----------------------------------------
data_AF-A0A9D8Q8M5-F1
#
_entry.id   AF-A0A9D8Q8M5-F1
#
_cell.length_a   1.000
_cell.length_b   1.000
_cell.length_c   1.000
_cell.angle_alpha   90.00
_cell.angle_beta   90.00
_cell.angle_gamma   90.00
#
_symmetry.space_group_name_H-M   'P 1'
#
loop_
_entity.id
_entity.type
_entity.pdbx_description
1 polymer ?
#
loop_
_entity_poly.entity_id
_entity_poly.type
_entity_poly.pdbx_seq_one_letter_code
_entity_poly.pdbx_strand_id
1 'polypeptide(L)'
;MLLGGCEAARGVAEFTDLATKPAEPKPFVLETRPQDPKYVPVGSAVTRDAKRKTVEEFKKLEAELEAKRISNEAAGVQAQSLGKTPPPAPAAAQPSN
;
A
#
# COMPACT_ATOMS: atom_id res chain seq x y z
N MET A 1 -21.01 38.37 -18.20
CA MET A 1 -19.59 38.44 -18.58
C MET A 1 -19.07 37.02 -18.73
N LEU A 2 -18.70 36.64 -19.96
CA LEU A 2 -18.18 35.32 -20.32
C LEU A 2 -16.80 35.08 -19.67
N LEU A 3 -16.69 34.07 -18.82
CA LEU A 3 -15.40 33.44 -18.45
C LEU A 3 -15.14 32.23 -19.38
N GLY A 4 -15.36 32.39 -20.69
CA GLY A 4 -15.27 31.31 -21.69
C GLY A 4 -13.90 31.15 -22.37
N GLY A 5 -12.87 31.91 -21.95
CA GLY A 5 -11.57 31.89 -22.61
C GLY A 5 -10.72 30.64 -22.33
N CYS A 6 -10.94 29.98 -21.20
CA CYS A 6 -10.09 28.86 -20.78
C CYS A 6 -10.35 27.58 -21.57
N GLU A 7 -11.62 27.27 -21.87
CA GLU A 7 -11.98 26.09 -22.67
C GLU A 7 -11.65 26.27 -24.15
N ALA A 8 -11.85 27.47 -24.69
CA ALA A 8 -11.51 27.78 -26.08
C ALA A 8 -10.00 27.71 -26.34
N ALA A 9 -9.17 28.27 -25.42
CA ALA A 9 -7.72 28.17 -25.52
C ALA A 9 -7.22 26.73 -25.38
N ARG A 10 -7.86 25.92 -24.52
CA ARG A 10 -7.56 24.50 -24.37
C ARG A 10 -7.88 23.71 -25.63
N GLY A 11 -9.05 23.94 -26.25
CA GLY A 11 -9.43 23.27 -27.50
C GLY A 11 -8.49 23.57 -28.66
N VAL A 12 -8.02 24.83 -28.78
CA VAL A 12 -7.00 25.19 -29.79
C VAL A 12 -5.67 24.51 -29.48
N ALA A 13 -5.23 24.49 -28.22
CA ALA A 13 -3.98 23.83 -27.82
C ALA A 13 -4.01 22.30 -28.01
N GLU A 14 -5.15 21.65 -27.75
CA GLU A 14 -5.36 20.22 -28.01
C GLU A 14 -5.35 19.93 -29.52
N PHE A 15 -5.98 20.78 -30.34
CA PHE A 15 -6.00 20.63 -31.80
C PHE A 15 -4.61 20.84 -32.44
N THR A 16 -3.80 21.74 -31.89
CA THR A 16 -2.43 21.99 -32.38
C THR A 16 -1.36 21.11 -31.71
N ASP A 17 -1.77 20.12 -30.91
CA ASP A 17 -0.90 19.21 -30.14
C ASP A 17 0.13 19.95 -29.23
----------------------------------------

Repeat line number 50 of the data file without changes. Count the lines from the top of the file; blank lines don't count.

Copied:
CA GLU A 7 -11.98 26.09 -22.67